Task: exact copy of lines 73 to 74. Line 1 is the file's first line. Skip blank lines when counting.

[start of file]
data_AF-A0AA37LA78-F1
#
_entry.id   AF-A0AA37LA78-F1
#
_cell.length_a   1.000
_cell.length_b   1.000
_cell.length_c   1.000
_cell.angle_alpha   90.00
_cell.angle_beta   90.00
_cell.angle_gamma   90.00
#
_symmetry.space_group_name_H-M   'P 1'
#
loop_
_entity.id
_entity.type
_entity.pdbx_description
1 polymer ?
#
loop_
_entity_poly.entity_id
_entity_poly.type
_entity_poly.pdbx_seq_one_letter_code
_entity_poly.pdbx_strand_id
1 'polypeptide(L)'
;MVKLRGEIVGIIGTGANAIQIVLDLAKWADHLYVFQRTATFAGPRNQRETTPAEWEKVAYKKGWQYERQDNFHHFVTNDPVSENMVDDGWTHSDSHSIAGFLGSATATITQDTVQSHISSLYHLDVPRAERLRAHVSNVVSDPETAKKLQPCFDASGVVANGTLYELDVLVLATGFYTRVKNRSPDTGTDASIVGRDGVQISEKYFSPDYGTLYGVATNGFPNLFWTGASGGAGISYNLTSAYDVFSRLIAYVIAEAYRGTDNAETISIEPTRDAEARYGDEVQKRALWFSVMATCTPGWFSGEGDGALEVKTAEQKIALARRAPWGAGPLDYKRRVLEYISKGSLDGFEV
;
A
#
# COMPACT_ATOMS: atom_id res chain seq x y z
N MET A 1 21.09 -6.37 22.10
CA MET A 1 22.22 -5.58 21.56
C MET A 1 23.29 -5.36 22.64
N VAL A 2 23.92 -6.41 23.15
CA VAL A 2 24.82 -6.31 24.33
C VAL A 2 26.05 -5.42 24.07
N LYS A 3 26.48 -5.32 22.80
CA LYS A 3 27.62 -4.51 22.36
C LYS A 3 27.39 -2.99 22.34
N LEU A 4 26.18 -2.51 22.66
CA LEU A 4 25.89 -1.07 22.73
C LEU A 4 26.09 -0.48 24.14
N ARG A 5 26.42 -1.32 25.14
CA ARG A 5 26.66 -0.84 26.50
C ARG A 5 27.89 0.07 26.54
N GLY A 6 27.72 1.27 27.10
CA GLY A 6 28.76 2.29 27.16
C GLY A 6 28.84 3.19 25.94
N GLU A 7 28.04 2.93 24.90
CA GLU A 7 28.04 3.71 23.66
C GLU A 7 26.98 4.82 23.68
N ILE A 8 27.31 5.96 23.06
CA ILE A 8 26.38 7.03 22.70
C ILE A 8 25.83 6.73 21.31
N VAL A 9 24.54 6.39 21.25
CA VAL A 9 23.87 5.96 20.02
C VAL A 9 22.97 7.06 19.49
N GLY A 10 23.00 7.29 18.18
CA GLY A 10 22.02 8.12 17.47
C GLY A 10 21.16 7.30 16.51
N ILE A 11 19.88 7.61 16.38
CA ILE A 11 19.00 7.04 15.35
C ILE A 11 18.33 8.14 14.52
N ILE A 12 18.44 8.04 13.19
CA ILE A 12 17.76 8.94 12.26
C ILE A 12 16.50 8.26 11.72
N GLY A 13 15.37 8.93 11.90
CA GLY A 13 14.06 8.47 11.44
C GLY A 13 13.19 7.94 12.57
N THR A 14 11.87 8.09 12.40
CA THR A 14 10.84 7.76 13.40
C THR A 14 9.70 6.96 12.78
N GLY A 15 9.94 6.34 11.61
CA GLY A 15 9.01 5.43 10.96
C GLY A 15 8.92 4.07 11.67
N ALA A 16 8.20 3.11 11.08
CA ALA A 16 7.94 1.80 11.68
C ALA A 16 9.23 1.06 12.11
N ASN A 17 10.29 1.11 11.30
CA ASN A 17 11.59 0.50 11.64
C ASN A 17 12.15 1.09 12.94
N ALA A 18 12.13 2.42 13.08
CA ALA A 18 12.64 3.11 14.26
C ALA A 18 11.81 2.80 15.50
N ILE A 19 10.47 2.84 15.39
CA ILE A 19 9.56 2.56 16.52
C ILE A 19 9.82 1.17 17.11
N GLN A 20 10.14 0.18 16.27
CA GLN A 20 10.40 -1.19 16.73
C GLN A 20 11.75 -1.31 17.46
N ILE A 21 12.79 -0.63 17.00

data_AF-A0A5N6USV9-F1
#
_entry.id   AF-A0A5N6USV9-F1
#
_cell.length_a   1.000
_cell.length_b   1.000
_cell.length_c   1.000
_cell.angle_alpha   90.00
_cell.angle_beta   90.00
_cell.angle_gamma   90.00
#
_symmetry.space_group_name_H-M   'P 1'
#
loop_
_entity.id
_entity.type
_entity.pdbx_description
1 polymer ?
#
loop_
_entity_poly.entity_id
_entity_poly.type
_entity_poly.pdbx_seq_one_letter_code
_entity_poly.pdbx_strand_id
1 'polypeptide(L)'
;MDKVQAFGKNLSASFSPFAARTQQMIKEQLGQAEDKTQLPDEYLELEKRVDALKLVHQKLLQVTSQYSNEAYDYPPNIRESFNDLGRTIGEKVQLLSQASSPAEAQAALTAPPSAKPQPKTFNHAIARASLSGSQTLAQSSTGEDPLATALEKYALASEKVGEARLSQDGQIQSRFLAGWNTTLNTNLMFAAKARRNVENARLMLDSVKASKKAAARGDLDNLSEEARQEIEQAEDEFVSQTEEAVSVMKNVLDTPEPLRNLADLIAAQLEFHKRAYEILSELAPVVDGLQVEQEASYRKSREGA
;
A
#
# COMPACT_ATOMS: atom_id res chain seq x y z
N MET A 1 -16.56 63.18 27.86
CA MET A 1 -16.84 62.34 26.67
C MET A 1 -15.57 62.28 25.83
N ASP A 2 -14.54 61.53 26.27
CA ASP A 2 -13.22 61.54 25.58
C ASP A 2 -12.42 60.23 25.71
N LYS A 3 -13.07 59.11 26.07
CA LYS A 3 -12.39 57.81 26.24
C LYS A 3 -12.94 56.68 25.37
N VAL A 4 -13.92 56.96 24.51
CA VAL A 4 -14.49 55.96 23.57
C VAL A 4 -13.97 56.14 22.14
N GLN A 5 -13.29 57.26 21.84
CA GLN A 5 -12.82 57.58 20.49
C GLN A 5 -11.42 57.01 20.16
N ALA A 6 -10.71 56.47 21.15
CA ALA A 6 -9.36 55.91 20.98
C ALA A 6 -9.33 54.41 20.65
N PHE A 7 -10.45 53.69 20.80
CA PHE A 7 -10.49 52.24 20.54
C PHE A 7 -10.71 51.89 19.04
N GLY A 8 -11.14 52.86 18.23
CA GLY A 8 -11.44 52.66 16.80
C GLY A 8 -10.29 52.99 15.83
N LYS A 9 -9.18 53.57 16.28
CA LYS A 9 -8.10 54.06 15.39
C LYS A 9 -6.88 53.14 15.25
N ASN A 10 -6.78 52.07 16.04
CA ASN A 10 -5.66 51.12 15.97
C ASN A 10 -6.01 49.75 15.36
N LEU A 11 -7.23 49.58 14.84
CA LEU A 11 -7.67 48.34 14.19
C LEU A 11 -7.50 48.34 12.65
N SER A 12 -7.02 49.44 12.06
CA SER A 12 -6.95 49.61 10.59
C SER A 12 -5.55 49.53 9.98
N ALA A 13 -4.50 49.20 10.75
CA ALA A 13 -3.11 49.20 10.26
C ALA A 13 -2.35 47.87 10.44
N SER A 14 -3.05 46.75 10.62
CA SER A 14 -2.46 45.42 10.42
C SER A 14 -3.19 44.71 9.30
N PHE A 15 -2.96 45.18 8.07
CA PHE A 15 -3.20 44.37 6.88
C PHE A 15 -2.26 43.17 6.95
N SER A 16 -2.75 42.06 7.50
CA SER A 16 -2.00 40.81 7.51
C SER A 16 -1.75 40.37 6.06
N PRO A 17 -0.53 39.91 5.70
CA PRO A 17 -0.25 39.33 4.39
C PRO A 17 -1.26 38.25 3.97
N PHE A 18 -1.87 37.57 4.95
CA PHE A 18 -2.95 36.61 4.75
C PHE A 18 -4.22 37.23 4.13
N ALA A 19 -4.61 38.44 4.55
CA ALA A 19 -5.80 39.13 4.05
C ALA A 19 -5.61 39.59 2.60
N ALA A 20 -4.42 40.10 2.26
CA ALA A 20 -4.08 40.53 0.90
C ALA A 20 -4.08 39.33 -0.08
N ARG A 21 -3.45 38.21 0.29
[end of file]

N GLY A 15 9.94 6.34 11.61
CA GLY A 15 9.01 5.43 10.96